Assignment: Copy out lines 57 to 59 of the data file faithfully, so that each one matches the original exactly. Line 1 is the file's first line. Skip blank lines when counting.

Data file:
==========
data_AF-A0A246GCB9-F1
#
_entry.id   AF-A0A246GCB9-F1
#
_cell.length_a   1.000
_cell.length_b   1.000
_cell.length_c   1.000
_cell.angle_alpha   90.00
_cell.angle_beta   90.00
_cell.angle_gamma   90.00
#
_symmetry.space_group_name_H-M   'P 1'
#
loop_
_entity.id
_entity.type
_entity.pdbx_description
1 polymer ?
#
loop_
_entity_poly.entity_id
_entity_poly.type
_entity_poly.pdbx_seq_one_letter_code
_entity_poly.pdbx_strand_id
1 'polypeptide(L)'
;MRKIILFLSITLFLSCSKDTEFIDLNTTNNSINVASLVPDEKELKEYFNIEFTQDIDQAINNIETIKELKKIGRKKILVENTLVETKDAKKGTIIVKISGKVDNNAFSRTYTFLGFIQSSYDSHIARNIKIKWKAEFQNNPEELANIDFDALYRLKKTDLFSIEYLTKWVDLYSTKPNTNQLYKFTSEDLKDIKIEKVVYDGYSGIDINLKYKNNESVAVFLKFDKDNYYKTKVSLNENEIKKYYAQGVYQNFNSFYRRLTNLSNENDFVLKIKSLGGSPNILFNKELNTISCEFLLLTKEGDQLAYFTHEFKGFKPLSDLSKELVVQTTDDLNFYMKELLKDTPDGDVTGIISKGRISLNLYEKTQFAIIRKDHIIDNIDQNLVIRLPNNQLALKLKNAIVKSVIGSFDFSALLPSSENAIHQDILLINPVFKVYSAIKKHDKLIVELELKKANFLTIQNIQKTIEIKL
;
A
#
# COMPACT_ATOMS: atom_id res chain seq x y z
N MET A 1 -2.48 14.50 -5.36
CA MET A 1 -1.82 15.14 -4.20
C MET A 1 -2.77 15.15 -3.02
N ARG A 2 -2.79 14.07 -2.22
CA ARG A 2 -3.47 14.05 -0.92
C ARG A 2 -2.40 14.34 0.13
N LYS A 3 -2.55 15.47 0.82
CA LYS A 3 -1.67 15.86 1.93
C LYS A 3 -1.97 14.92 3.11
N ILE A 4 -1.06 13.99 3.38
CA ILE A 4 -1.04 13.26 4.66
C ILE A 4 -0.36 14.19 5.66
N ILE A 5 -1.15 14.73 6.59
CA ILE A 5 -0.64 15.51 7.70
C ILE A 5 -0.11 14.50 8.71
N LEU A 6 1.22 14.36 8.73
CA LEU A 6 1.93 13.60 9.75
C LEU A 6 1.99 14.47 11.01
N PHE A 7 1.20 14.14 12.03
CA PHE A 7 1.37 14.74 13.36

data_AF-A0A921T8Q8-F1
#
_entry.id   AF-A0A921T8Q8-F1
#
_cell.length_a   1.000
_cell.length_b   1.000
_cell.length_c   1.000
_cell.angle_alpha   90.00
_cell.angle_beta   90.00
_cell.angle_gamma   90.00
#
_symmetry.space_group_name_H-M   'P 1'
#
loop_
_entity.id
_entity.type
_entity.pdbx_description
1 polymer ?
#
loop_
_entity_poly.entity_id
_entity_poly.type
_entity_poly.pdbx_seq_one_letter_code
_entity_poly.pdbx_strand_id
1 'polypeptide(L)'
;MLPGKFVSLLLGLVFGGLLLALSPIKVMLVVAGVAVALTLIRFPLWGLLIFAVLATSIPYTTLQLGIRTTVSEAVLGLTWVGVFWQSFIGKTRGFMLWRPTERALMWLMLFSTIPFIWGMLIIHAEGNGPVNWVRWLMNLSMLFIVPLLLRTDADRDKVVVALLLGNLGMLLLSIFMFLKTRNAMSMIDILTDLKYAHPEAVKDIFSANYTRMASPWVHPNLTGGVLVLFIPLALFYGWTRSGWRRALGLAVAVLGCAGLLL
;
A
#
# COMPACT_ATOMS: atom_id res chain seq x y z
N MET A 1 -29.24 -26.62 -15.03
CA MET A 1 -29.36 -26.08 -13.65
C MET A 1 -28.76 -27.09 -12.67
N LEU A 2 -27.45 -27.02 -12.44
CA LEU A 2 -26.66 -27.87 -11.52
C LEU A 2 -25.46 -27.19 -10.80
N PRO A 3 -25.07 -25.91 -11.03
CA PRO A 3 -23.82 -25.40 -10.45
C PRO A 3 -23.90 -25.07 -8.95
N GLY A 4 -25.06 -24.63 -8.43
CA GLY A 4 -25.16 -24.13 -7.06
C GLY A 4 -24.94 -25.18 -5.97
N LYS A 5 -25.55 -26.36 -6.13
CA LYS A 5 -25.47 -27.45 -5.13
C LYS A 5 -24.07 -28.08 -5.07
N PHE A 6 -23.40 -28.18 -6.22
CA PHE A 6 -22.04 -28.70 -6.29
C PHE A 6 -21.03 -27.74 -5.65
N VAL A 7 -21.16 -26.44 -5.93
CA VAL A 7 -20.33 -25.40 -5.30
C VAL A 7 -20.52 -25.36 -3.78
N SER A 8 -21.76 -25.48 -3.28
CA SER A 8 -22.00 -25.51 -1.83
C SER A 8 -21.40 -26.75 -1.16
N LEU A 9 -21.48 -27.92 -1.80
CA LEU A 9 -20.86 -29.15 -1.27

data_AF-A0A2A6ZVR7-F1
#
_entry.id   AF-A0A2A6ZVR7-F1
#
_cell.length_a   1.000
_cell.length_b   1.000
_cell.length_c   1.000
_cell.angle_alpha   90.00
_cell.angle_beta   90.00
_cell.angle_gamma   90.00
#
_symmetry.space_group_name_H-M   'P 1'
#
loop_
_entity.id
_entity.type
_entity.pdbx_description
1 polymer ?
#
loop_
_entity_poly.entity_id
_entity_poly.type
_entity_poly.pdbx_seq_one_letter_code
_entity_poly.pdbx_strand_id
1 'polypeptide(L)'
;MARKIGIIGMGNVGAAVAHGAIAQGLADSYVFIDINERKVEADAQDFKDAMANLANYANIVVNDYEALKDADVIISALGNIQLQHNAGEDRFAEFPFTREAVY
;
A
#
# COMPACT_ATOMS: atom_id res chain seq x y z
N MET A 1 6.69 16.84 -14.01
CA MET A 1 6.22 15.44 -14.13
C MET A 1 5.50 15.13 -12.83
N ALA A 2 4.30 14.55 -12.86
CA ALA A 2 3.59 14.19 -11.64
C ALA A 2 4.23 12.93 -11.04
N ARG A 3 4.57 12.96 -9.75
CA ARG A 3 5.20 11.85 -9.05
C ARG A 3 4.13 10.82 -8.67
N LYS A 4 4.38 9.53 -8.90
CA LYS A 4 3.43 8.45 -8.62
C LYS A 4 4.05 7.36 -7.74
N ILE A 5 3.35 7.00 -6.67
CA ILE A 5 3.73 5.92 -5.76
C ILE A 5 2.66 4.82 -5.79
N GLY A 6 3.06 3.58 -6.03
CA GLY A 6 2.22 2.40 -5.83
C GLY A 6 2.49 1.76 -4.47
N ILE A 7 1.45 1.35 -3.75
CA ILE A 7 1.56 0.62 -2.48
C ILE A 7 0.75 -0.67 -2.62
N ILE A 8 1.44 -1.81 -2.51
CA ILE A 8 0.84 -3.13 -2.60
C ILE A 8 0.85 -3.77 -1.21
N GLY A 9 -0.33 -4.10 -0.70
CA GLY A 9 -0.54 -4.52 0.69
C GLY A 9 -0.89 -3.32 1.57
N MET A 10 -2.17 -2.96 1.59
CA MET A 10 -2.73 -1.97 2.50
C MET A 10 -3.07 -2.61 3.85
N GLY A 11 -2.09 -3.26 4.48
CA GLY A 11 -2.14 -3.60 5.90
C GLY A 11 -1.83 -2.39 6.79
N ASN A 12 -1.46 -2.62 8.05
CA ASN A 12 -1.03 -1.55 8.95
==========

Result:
_cell.length_c   1.000
_cell.angle_alpha   90.00
_cell.angle_beta   90.00